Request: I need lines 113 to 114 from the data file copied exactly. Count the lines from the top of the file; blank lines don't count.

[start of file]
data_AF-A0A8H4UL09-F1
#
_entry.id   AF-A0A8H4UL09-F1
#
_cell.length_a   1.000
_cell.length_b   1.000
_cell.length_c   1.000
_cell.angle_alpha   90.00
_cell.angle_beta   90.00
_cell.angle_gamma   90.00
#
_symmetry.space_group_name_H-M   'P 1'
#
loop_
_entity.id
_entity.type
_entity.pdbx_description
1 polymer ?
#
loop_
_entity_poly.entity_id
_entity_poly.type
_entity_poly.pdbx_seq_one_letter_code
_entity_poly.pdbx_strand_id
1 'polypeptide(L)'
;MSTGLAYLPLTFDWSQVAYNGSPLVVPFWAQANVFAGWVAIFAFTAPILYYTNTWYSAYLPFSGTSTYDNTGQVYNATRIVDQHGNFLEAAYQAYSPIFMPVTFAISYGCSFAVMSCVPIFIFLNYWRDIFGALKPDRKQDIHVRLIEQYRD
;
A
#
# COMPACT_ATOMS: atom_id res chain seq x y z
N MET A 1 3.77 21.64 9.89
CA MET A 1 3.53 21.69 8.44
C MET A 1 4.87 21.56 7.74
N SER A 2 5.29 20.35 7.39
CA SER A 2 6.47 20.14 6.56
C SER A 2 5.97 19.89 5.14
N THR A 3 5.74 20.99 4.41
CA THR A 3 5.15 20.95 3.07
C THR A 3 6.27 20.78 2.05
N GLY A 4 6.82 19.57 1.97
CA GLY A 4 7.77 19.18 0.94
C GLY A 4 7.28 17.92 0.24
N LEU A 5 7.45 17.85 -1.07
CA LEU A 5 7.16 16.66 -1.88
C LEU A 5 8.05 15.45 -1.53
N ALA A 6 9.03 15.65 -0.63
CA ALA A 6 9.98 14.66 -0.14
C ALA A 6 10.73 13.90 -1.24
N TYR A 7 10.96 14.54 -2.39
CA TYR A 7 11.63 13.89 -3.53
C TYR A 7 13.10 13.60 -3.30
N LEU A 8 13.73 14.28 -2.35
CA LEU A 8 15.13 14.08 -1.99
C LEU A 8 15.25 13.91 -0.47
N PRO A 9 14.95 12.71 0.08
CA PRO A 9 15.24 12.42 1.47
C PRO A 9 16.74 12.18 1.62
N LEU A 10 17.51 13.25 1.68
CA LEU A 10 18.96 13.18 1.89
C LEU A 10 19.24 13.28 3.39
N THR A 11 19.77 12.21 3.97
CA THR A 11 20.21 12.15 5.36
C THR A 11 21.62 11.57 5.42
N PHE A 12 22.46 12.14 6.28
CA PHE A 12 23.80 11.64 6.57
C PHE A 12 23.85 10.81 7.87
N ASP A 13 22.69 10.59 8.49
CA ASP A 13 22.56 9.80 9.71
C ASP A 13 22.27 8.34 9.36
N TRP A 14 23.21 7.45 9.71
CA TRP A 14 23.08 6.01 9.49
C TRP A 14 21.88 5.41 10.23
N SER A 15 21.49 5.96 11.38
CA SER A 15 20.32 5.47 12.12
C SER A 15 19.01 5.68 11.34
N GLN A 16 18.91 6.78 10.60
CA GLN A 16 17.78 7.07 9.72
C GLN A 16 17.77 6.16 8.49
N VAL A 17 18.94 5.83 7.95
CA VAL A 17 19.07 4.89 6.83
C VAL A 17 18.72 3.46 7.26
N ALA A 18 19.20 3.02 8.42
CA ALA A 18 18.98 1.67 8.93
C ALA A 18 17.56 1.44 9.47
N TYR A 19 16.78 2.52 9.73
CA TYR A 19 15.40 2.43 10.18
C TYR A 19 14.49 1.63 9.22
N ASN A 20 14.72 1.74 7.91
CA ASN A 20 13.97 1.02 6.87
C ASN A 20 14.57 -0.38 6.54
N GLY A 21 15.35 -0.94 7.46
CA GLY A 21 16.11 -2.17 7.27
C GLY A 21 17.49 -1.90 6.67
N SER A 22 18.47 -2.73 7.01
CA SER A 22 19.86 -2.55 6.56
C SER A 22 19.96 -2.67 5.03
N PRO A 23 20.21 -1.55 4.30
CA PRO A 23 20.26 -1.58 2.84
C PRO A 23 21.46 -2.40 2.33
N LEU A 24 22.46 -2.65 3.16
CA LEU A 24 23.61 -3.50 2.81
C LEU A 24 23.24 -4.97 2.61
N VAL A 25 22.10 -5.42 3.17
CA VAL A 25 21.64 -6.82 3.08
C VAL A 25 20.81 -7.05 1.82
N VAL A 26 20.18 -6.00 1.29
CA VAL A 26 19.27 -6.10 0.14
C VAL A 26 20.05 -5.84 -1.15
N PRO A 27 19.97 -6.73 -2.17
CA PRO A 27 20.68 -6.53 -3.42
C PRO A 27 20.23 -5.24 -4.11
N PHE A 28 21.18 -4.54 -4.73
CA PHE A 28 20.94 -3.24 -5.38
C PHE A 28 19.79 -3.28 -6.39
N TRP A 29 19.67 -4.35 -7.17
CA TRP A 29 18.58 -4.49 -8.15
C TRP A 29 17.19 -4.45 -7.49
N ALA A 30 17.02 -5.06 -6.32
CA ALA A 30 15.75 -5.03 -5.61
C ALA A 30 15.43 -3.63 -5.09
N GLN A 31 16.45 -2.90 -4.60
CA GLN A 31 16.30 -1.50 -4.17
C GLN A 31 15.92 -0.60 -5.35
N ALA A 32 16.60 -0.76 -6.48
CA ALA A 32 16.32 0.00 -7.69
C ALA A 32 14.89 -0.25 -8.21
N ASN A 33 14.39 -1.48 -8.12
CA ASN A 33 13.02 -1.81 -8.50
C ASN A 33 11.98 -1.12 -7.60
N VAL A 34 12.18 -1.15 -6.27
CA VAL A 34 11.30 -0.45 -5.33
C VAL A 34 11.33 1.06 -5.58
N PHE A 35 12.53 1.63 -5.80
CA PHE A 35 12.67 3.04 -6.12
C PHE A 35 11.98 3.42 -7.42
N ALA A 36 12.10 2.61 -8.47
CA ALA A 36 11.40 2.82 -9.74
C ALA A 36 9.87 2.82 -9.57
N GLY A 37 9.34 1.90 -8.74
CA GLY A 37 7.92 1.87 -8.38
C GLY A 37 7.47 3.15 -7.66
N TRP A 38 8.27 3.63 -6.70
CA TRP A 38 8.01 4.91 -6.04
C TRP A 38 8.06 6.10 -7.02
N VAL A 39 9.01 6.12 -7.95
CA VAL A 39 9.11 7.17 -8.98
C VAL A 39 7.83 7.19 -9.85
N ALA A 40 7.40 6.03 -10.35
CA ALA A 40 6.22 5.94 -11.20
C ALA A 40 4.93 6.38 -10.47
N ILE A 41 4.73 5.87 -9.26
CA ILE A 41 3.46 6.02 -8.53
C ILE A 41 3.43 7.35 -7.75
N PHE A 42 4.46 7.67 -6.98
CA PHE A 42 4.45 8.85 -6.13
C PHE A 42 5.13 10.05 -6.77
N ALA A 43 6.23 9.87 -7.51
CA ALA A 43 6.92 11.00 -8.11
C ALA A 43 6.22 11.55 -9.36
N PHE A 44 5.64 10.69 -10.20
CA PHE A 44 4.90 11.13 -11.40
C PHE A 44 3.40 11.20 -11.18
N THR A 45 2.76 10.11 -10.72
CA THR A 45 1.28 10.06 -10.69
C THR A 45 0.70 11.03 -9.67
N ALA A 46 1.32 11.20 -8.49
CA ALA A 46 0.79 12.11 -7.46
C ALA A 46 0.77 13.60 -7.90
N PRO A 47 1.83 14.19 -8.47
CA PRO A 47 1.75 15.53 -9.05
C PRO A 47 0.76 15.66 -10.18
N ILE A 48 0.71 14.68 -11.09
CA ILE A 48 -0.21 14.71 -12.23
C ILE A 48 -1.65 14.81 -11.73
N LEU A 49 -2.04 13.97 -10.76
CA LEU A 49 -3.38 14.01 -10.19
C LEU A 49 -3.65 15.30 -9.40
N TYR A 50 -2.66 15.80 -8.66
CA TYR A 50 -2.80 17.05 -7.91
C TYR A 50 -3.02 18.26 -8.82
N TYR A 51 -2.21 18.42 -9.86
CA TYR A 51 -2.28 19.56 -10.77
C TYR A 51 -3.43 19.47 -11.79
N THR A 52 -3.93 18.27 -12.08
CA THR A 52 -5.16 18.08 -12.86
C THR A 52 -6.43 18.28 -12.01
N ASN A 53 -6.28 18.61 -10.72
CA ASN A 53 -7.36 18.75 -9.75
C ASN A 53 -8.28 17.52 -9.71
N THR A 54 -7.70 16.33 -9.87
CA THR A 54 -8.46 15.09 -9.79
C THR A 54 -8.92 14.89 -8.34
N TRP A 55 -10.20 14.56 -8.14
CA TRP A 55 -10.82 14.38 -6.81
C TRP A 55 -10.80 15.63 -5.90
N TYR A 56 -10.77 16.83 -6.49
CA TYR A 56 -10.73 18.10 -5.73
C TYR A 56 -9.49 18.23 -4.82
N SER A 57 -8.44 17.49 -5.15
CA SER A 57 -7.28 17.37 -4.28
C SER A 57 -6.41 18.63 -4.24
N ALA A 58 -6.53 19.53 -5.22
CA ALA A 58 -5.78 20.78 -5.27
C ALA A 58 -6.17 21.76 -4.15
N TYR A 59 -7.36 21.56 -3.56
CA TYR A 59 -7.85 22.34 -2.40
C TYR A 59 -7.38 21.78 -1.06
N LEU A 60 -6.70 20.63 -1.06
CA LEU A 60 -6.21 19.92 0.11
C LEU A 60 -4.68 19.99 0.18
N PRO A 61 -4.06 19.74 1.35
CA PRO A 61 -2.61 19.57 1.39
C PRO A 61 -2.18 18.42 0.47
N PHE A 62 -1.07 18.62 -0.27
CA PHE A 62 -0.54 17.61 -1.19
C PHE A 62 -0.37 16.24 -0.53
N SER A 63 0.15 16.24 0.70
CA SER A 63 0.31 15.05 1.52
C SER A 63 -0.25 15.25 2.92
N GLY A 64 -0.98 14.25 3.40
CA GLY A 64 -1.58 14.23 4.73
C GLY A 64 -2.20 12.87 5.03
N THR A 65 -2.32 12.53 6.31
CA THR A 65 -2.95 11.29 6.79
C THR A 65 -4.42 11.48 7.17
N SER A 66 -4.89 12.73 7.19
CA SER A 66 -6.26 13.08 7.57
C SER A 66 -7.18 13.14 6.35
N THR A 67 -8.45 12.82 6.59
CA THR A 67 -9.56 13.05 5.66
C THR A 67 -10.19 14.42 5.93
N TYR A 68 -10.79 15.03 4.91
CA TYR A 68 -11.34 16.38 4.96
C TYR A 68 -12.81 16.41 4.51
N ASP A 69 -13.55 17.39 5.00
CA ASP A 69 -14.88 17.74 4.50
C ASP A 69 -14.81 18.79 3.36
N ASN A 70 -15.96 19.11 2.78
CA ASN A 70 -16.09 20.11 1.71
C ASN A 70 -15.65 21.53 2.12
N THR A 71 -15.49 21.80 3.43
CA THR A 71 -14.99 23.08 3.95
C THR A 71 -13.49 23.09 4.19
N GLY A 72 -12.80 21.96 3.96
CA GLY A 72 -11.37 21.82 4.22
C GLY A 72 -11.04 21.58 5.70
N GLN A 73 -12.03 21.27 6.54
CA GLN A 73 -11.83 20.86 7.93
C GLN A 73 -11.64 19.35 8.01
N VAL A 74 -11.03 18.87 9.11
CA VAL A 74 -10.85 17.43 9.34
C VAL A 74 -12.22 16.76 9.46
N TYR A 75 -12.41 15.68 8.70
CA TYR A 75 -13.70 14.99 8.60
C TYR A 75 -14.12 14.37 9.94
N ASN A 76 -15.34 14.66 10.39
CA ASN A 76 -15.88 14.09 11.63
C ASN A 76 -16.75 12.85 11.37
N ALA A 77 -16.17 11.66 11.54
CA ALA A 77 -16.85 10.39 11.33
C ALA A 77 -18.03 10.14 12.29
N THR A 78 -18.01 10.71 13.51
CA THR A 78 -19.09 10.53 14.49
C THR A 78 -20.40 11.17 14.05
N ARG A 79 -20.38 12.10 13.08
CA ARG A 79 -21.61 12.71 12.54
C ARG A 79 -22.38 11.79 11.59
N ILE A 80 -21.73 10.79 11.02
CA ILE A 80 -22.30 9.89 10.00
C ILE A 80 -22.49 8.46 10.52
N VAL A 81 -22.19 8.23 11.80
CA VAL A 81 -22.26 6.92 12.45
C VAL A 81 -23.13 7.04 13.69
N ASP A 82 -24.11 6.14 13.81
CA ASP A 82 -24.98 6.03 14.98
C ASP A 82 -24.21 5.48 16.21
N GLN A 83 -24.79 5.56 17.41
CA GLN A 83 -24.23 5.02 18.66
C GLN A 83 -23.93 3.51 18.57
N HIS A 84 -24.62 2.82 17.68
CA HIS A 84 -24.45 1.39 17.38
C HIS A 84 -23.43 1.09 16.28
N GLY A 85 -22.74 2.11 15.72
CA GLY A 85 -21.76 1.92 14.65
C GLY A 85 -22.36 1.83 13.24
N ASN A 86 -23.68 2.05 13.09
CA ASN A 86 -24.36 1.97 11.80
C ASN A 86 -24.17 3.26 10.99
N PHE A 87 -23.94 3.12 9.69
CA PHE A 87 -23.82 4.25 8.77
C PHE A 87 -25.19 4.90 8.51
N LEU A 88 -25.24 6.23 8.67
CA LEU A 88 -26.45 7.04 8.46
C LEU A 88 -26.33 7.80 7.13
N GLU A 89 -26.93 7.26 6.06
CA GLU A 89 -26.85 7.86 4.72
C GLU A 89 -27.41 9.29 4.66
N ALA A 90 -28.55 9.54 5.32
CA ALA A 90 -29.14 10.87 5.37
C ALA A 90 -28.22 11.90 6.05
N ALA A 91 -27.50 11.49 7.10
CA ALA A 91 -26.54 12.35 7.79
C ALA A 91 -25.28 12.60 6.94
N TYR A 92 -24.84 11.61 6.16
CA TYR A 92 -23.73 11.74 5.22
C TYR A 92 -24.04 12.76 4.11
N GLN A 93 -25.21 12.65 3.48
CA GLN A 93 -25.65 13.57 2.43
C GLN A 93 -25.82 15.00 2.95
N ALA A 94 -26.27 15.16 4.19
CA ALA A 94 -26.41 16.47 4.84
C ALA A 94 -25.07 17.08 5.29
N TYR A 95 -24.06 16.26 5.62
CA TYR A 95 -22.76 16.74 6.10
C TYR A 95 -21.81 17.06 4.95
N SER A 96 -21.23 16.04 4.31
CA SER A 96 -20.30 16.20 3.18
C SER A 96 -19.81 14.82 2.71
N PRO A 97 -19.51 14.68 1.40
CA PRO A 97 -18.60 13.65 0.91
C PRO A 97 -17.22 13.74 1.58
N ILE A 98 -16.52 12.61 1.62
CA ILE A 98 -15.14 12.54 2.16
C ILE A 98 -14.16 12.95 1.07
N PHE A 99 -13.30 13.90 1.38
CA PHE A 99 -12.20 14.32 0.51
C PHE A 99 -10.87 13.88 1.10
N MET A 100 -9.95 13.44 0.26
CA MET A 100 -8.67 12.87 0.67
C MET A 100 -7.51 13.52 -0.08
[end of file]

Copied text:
CA PHE A 28 20.94 -3.24 -5.38
C PHE A 28 19.79 -3.28 -6.39